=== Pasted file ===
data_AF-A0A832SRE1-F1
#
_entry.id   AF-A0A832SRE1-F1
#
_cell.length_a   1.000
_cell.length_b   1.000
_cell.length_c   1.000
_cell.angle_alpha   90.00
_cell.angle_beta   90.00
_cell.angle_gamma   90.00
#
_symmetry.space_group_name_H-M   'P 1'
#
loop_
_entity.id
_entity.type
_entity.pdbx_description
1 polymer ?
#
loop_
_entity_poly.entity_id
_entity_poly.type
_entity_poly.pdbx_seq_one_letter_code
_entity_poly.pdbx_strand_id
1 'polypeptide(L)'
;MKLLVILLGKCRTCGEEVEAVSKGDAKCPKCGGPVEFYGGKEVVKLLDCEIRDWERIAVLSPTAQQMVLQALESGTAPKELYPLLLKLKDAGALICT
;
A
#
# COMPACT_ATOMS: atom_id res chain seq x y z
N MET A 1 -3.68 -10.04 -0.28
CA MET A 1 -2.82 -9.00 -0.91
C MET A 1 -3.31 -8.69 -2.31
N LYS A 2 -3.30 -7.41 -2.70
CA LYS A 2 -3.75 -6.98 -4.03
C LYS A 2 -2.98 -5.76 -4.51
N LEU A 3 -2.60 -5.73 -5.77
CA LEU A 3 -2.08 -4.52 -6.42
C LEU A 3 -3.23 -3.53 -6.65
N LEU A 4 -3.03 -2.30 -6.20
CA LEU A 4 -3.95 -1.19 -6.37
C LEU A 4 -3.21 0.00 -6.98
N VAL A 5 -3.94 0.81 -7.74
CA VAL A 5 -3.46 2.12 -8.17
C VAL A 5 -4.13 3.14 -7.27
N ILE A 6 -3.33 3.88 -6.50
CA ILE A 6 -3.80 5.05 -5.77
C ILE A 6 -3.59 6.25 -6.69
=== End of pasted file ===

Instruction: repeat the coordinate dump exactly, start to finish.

data_AF-A0A832SRE1-F1
#
_entry.id   AF-A0A832SRE1-F1
#
_cell.length_a   1.000
_cell.length_b   1.000
_cell.length_c   1.000
_cell.angle_alpha   90.00
_cell.angle_beta   90.00
_cell.angle_gamma   90.00
#
_symmetry.space_group_name_H-M   'P 1'
#
loop_
_entity.id
_entity.type
_entity.pdbx_description
1 polymer ?
#
loop_
_entity_poly.entity_id
_entity_poly.type
_entity_poly.pdbx_seq_one_letter_code
_entity_poly.pdbx_strand_id
1 'polypeptide(L)'
;MKLLVILLGKCRTCGEEVEAVSKGDAKCPKCGGPVEFYGGKEVVKLLDCEIRDWERIAVLSPTAQQMVLQALESGTAPKELYPLLLKLKDAGALICT
;
A
#
# COMPACT_ATOMS: atom_id res chain seq x y z
N MET A 1 -3.68 -10.04 -0.28
CA MET A 1 -2.82 -9.00 -0.91
C MET A 1 -3.31 -8.69 -2.31
N LYS A 2 -3.30 -7.41 -2.70
CA LYS A 2 -3.75 -6.98 -4.03
C LYS A 2 -2.98 -5.76 -4.51
N LEU A 3 -2.60 -5.73 -5.77
CA LEU A 3 -2.08 -4.52 -6.42
C LEU A 3 -3.23 -3.53 -6.65
N LEU A 4 -3.03 -2.30 -6.20
CA LEU A 4 -3.95 -1.19 -6.37
C LEU A 4 -3.21 0.00 -6.98
N VAL A 5 -3.94 0.81 -7.74
CA VAL A 5 -3.46 2.12 -8.17
C VAL A 5 -4.13 3.14 -7.27
N ILE A 6 -3.33 3.88 -6.50
CA ILE A 6 -3.80 5.05 -5.77
C ILE A 6 -3.59 6.25 -6.69